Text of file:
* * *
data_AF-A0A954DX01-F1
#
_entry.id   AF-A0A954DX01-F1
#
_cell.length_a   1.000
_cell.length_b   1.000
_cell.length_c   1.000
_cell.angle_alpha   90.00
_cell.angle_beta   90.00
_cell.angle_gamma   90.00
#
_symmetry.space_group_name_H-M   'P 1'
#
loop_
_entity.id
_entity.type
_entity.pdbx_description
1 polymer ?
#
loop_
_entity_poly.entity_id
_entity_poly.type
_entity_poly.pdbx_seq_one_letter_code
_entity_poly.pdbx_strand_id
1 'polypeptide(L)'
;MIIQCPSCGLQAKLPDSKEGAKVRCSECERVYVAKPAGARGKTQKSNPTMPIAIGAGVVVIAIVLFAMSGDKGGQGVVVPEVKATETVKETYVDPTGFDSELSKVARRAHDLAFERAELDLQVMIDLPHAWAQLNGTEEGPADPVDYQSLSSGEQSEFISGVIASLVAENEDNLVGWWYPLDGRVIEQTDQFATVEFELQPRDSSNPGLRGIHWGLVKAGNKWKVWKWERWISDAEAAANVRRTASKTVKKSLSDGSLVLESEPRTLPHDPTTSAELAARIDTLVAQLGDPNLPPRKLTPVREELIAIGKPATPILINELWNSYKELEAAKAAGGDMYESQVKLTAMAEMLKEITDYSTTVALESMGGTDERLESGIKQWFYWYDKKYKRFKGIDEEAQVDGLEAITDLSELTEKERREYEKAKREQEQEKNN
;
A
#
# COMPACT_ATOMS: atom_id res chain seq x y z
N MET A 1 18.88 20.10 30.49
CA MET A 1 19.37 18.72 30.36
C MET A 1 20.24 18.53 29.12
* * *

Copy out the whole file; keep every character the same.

data_AF-A0A954DX01-F1
#
_entry.id   AF-A0A954DX01-F1
#
_cell.length_a   1.000
_cell.length_b   1.000
_cell.length_c   1.000
_cell.angle_alpha   90.00
_cell.angle_beta   90.00
_cell.angle_gamma   90.00
#
_symmetry.space_group_name_H-M   'P 1'
#
loop_
_entity.id
_entity.type
_entity.pdbx_description
1 polymer ?
#
loop_
_entity_poly.entity_id
_entity_poly.type
_entity_poly.pdbx_seq_one_letter_code
_entity_poly.pdbx_strand_id
1 'polypeptide(L)'
;MIIQCPSCGLQAKLPDSKEGAKVRCSECERVYVAKPAGARGKTQKSNPTMPIAIGAGVVVIAIVLFAMSGDKGGQGVVVPEVKATETVKETYVDPTGFDSELSKVARRAHDLAFERAELDLQVMIDLPHAWAQLNGTEEGPADPVDYQSLSSGEQSEFISGVIASLVAENEDNLVGWWYPLDGRVIEQTDQFATVEFELQPRDSSNPGLRGIHWGLVKAGNKWKVWKWERWISDAEAAANVRRTASKTVKKSLSDGSLVLESEPRTLPHDPTTSAELAARIDTLVAQLGDPNLPPRKLTPVREELIAIGKPATPILINELWNSYKELEAAKAAGGDMYESQVKLTAMAEMLKEITDYSTTVALESMGGTDERLESGIKQWFYWYDKKYKRFKGIDEEAQVDGLEAITDLSELTEKERREYEKAKREQEQEKNN
;
A
#
# COMPACT_ATOMS: atom_id res chain seq x y z
N MET A 1 18.88 20.10 30.49
CA MET A 1 19.37 18.72 30.36
C MET A 1 20.24 18.53 29.12